Presentation Authors: Ali Al-Hashimi*, Kevin Won, Hamilton, Canada, Elizabeth Pham, Julie Bailis, South San Francisco , CA, Natalie Mariano, South San Francisco, CA, Bobby Shayegan, Richard Austin, Hamilton, Canada
Introduction: Prostate cancer (PCa) is characterized by increased activation of the procoagulant protein, tissue factor (TF) that drive tumour progression. We now show that this process is modulated by GRP78 on the cell surface (cs). In PCa GRP78 is a endoplasmic reticulum-resident chaperone that localizes to the cell surface where it functions as a signaling molecule with antigenic properties. In response to csGRP78 presentation, PCa patients produce autoantibodies (AutoAbs) against the N-terminus of GRP78. AutoAbs:csGRP78 complex acts as a potent driver of tumor growth via upregulation of the unfolded protein response (UPR) and TF activity. We hypothesize that inhibiting the binding of anti-GRP78 AutoAbs to csGRP78 will supress UPR and TF activity. Here we describe a recombinant anti-GRP78 antibody (AEP8587) that competes with the binding of AutoAbs to csGRP78 and may act as a novel therapeutic antibody with antitumor activity.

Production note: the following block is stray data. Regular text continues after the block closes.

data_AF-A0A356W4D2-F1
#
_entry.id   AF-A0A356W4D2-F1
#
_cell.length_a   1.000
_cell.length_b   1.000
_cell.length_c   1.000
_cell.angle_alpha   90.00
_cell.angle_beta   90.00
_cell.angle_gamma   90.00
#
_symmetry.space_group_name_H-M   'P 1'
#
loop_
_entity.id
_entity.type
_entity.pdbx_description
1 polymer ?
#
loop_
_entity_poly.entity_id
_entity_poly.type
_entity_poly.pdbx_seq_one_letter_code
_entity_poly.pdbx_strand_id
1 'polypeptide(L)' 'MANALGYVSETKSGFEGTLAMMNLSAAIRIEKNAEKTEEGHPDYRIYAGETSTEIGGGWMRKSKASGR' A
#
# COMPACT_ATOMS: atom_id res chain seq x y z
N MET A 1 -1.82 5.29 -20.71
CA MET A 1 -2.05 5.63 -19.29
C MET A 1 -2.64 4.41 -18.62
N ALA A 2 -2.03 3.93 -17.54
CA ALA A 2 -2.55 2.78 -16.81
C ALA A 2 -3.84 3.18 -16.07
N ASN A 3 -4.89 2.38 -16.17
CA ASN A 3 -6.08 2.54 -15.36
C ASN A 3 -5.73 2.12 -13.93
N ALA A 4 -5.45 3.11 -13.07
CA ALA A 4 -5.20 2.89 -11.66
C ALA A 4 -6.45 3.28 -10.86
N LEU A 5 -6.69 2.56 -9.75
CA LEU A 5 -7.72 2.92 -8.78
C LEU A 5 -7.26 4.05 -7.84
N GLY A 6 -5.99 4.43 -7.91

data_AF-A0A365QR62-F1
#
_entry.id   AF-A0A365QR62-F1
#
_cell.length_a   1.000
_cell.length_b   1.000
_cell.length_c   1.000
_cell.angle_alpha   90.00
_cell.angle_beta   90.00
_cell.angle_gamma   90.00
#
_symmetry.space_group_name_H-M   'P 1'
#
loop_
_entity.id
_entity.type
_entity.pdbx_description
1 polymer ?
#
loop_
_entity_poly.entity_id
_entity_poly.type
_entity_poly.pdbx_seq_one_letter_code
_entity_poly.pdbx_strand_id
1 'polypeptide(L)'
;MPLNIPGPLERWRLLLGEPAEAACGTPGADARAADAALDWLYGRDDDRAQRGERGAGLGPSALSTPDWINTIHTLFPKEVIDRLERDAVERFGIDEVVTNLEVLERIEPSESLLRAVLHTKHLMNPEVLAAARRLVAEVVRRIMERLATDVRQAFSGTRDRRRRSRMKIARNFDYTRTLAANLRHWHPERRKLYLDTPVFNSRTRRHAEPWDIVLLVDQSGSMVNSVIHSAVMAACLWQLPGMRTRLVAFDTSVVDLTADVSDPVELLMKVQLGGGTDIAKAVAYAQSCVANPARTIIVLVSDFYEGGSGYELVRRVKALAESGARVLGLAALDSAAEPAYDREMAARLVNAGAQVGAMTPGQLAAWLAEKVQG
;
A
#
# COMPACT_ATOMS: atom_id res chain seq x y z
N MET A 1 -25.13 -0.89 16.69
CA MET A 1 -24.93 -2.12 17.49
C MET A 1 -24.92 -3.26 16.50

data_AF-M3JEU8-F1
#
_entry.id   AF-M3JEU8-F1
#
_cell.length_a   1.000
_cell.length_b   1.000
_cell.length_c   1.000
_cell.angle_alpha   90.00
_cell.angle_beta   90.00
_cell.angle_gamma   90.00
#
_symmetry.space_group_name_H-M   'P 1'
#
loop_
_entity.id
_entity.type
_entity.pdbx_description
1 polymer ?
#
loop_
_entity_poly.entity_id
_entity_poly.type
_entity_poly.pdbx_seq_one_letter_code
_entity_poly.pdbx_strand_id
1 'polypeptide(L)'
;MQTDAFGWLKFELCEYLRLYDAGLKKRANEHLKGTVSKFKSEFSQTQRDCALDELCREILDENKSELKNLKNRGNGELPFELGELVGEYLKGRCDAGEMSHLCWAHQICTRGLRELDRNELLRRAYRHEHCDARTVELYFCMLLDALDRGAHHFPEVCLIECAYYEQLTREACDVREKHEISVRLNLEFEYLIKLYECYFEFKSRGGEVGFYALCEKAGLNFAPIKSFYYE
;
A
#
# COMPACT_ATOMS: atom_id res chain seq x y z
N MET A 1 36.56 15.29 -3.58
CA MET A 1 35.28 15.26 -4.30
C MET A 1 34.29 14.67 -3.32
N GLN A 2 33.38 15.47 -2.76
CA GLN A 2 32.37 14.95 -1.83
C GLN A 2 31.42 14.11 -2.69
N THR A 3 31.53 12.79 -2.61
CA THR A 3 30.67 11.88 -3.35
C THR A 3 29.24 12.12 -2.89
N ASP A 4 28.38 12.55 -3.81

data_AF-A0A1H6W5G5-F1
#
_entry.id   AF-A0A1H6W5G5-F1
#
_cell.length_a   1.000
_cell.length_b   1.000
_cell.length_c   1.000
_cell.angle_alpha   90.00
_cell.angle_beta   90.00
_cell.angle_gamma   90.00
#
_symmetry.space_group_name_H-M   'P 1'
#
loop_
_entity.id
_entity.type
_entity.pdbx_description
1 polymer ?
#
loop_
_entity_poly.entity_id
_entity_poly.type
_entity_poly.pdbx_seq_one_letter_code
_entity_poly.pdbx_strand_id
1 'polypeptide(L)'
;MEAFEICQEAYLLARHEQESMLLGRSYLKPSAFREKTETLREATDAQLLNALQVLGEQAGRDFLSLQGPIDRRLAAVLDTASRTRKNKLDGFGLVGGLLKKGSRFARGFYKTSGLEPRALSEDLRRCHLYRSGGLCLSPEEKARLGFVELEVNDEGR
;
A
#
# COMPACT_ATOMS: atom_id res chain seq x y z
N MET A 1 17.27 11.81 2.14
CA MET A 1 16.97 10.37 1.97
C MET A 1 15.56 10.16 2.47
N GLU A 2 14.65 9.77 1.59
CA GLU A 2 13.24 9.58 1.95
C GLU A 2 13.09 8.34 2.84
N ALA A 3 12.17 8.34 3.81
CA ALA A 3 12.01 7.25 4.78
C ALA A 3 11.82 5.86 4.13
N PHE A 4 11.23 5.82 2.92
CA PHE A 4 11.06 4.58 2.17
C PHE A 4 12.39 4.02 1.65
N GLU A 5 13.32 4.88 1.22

Methods: Changes in TF activity or UPR markers were evaluated in vitro in the PCa cell line DU145 following treatment with anti-GRP78 AutoAbs or co-treatment with either enoxaparin, a low molecular weight heparin (LMWH), or AEP8587. Protein expression of TF and UPR markers was determined using western blotting and qRT-PCR. TF activity was determined using a real-time continuous assay. AutoAbs were purified PCa patients (St. Josephâ€™s Healthcare Hamilton).
Results: Pre-prostatectomy PCa patients display high levels of anti-GRP78 AutoAbs (~60Âµg/ml), compared to healthy controls (~5Âµg/ml). Here, we show that anti-GRP78 AutoAb increases TF activation in vitro and leads to increased tumor progression in a DU145 xenograft model. In contrast, we show a co-treatment of anti-GRP78 AutoAb with either enoxaparin or AEP8587 completely abolishes the AutoAb-mediated increase in TF activity in vitro. Enoxaparin or AEP8587 co-treatment reversed the AutoAb effect on increased UPR markers.
Conclusions: We have identified anti-GRP78 AutoAb as a driver of PCa progression. Our results indicate that a recombinant antibody, AEP8587, can bind to csGRP78 and prevent the binding of anti-GRP78 AutoAbs. This represents a potential novel means to manage PCa progression.
Source of Funding: Prostate Cancer Canada